3. Follow a holistic strategy. A bank's mobile channel loyalty management strategy must clearly tie-in with their larger multichannel loyalty program strategy. Further, a bank's mobile loyalty management strategy must be flexible and scalable to cater to evolving and future mobile devices and platforms accessing myriad data streams. The focus must also be on mobile loyalty management program measurement with the use of robust analytics. Identifying the right metrics is crucial. For example, it is necessary to measure effective impact in terms of incremental customer spend (and also customer satisfaction and loyalty improvement) vis-à-vis loyalty program investments. Looking beyond just the loyalty scores and enabling complete loyalty systems is desirable. Loyalty metrics that sort the customers into key categories (e.g. positive, neutral, negative) can be considered.


For a considerable period, many proactive banks have already been effectively leveraging the mobile channel for effective customer loyalty management. As an example, in Aug 2011, Citi and Best Buy had rolled out the "ThankYou Rewards" - a mobile loyalty program. The free application would award points to consumers for using their Citi credit card or for conducting other banking-related activities. Furthermore, users could browse and search Citi's Rewards catalog, which featured a selection of Best Buy products and other premium items. Users could redeem their points at their local Best Buy or even remotely.

November 4, 2013

Why banks must leverage the mobile channel for effective customer loyalty management!

Today, more than ever before, customer retention has become crucial for banks. After all, it has been well established that, for banks, the cost of new customer acquisition is much higher than the cost of retaining the existing customers. Hence, the role of effective customer loyalty management cannot be overemphasized. When customers are more loyally engaged with their banks, they not only buy more products and services but also aid in new customer acquisition through word-of-mouth publicity. Moreover, loyal customers have been seen to purchase more services and products and have a long-lasting relationship with their bank.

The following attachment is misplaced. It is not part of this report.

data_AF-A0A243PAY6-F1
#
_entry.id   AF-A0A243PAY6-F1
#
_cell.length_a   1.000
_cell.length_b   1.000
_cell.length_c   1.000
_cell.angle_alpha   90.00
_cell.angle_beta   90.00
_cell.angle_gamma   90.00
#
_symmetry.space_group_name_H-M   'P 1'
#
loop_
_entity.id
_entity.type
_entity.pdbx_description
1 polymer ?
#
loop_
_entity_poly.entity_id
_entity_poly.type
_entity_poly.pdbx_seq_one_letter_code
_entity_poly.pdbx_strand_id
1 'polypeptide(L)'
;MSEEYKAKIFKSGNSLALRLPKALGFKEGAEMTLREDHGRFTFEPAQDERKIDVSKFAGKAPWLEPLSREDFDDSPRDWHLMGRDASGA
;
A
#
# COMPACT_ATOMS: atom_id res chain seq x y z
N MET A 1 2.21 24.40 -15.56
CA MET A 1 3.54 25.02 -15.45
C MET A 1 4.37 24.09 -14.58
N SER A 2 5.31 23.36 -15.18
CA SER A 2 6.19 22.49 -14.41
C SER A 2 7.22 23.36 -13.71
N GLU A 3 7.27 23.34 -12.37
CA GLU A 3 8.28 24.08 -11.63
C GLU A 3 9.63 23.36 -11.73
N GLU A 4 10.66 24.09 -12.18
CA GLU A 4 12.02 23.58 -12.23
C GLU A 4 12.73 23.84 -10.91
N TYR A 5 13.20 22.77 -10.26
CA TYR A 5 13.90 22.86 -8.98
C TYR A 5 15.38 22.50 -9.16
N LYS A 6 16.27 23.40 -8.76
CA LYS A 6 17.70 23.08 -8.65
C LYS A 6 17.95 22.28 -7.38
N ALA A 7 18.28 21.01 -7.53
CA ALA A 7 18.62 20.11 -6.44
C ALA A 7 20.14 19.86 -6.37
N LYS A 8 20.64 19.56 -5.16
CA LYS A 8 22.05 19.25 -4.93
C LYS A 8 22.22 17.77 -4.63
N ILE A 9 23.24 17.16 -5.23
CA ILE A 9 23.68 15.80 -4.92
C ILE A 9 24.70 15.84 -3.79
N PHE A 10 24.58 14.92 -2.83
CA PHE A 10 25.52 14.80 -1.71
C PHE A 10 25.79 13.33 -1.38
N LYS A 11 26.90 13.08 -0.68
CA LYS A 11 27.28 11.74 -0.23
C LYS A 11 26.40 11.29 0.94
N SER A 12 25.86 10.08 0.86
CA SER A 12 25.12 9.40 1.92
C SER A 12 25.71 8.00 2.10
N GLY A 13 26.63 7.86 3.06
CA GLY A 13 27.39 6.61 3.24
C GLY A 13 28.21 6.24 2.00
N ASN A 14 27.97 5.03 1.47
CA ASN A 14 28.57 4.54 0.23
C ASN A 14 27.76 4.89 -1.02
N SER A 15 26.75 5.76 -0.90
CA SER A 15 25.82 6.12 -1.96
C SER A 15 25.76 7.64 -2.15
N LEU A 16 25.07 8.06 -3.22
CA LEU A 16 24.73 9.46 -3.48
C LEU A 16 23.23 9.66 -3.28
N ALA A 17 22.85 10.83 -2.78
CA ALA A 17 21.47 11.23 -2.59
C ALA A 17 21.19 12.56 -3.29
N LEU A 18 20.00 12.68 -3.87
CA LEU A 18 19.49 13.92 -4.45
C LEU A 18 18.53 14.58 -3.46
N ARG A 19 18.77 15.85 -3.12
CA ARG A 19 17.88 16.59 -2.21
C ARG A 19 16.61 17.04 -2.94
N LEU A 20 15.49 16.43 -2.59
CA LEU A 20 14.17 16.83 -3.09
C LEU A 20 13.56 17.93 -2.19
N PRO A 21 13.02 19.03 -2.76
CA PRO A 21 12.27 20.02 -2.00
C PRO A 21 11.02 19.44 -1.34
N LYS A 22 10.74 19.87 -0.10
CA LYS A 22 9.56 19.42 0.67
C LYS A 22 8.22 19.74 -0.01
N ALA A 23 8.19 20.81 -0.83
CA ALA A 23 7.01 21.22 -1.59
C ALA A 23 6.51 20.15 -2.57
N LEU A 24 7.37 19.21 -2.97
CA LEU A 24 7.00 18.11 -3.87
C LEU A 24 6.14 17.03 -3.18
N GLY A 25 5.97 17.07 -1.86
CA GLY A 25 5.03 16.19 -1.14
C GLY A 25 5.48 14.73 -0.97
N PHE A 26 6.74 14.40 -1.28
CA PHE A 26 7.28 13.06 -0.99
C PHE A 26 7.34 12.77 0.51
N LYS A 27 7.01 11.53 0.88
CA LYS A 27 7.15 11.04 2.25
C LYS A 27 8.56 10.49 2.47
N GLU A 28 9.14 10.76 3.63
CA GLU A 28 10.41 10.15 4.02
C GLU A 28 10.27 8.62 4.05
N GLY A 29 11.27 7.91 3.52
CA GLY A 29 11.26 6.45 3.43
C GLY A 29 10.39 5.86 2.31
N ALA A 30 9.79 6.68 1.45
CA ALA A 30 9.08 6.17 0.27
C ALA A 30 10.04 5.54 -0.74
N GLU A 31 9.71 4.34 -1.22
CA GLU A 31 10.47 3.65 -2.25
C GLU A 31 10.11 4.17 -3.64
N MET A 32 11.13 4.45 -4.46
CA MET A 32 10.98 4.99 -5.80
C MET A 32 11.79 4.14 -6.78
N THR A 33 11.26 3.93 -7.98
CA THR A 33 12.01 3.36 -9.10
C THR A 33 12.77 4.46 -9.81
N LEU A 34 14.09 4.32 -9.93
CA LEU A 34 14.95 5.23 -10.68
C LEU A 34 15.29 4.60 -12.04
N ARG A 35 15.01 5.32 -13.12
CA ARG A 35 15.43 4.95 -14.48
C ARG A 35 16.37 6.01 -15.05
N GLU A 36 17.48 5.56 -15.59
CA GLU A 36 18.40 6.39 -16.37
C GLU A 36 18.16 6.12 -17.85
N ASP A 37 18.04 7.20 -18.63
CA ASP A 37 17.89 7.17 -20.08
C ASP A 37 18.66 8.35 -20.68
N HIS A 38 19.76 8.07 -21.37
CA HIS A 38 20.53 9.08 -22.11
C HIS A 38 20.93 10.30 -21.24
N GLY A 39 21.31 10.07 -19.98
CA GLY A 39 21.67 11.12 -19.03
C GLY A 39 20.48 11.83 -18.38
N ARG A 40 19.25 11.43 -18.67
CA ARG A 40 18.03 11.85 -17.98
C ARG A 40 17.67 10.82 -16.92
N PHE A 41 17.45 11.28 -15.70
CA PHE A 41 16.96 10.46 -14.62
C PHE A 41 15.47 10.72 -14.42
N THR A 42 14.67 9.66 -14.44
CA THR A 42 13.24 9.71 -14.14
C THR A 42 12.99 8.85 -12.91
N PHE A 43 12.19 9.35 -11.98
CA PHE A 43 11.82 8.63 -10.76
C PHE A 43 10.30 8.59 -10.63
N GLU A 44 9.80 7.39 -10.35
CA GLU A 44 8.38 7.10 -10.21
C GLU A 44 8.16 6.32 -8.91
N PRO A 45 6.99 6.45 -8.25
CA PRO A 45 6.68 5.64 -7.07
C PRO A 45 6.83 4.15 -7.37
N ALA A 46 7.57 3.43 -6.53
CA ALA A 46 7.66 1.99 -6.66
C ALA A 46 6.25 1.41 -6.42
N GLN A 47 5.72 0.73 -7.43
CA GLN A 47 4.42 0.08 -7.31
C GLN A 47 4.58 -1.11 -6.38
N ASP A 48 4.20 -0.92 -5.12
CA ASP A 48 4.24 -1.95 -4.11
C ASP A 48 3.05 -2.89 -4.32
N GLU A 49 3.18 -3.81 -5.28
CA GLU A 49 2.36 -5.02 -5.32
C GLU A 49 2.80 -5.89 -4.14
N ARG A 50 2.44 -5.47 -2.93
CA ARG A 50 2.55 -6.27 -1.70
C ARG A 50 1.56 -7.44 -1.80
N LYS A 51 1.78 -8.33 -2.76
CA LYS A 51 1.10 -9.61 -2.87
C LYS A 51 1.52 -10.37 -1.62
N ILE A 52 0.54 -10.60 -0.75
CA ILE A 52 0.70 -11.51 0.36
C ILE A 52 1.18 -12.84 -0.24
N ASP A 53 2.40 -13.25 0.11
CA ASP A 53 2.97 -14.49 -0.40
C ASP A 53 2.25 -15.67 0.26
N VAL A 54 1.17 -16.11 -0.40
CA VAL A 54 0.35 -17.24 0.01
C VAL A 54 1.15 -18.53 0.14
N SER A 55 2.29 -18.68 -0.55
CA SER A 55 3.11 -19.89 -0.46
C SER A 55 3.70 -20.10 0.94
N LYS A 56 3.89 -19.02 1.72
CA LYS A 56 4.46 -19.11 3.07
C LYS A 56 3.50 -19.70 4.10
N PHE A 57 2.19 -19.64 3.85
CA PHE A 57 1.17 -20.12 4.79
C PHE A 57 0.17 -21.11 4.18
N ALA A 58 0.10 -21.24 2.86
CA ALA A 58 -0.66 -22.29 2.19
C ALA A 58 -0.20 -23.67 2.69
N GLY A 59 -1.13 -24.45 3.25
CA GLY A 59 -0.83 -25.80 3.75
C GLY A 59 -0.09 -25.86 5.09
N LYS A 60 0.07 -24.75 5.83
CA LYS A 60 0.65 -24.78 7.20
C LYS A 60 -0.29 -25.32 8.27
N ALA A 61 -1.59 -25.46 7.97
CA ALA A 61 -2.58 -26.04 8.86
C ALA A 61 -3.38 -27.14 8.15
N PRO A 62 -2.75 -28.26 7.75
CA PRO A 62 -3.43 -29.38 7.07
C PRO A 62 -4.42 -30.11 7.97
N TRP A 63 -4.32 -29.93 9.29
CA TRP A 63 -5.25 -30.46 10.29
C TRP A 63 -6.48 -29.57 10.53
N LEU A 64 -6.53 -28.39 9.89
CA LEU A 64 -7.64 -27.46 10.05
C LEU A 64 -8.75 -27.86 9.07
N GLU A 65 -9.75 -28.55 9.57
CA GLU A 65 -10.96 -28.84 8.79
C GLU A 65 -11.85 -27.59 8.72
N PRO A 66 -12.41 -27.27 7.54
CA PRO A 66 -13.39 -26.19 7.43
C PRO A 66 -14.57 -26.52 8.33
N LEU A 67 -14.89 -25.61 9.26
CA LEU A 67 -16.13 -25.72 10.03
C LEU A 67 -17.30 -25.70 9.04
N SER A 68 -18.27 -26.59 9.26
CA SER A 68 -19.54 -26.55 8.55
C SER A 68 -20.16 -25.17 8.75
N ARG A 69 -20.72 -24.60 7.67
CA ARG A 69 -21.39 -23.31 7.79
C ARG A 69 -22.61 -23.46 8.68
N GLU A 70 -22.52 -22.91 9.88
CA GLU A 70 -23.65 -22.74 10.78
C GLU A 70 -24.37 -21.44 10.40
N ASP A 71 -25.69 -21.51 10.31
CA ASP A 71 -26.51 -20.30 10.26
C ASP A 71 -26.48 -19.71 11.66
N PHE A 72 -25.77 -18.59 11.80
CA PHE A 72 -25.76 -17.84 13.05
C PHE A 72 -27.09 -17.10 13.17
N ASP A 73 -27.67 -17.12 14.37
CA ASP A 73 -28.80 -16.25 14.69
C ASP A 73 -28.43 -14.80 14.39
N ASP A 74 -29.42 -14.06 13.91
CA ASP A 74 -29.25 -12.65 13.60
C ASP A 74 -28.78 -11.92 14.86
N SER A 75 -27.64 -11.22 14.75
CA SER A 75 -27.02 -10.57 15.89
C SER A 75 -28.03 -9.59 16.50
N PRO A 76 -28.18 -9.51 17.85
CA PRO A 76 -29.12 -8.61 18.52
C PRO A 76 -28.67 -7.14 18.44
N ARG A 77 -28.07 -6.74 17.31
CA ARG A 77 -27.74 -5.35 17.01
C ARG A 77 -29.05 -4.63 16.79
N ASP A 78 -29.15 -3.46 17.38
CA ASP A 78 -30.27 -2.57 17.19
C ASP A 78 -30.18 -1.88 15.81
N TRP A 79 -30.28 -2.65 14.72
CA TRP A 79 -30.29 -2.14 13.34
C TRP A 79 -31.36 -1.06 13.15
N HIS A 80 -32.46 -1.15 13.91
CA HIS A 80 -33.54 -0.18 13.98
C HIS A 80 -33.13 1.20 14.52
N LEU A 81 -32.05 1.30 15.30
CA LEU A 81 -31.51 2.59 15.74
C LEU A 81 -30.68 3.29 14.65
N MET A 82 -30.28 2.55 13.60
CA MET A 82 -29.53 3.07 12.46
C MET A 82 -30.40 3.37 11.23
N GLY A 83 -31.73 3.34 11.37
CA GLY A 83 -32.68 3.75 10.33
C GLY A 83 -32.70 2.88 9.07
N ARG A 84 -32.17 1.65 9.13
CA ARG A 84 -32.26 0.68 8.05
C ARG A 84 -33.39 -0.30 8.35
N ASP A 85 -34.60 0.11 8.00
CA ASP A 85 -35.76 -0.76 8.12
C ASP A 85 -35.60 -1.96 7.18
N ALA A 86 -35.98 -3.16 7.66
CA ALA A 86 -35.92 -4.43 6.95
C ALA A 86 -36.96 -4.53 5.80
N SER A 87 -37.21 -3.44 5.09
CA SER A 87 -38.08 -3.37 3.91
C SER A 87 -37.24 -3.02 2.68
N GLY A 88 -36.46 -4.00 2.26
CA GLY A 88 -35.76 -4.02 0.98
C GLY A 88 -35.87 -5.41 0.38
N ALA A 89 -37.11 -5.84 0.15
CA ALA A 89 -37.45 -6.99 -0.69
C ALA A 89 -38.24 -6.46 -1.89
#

For the past few years, many banks have leveraged myriad approaches for their customer loyalty management - for example, by enabling preferential rates and discounts, personalized and efficient services, attempting to deliver unique customer experiences, and much more. However, today, there is far more pressure on banks to maximize value for their customers and with minimal impact to the bank's bottom line vis-à-vis their loyalty management programs. It is in this light that the role of the mobile banking channel in customer loyalty management becomes crucial.




The favorable trends listed above are further complemented with three key enabling attributes of mobile vis-à-vis loyalty programs




  1. Accessibility accentuator

  • Loyalty programs through "offline" channels (like a branch) are more transaction oriented, for example, customer enrollment, point-of-sale transaction, etc. The mobile channel, on the other hand, enables pull-based and relationship-driven engagement.
  • Enabling a loyalty program through the mobile banking channel can help banks immensely increase the program's access to their customers. Customers have better control and access on a real-time basis. The loyalty program becomes embedded in the customer's lifecycle with the bank on a real-time basis.
  • Mobile banking users are known to access their financial information more than users who access only the online banking channel. This provides greater opportunities for banks to cross-sell and up-sell services and products, and enables purchase rewards and other loyalty incentives. Customers who use their reward points make even more purchases, thereby generating revenue for banks.

2. Stickiness solidifier

  • Convenience is the most important factor for a customer's stickiness with their bank and the mobile channel has proven its capabilities in terms of enabling convenience. A significant percentage of mobile banking users consider their mobile banking experience as the primary reason for staying with their bank.
  • The mobile banking channel is already enabling deeper customer engagement and helping meet evolving customer expectations (for example, customers have taken a liking to sophisticated capabilities like remote data capture, or RDC)
  • Moreover, mobile banking users have been found to be better advocates of their banks - they are more likely to recommend their banks to others as compared to non-mobile banking users

3. Contextual clarifier

  • Mobile banking enables banks to provision new types of real-time contextual information about the customer - purchasing behavior, spatial and transactional information, etc. Loyalty programs of banks can effectively leverage these real-time contextual insights to gain the greatest bang for their buck.
  • The mobile channel enables greater control to banks (vis-à-vis their loyalty programs) on when and how they interact with their customers - in both the pull and push mode.
  • It enables greater timely leverage of opportunities for banks from the customer's relevance and context perspective. For example, based on real-time information, the bank can send customized messages on personalized offerings - one that is based upon the customer's current location, financial behavior and transactional data history.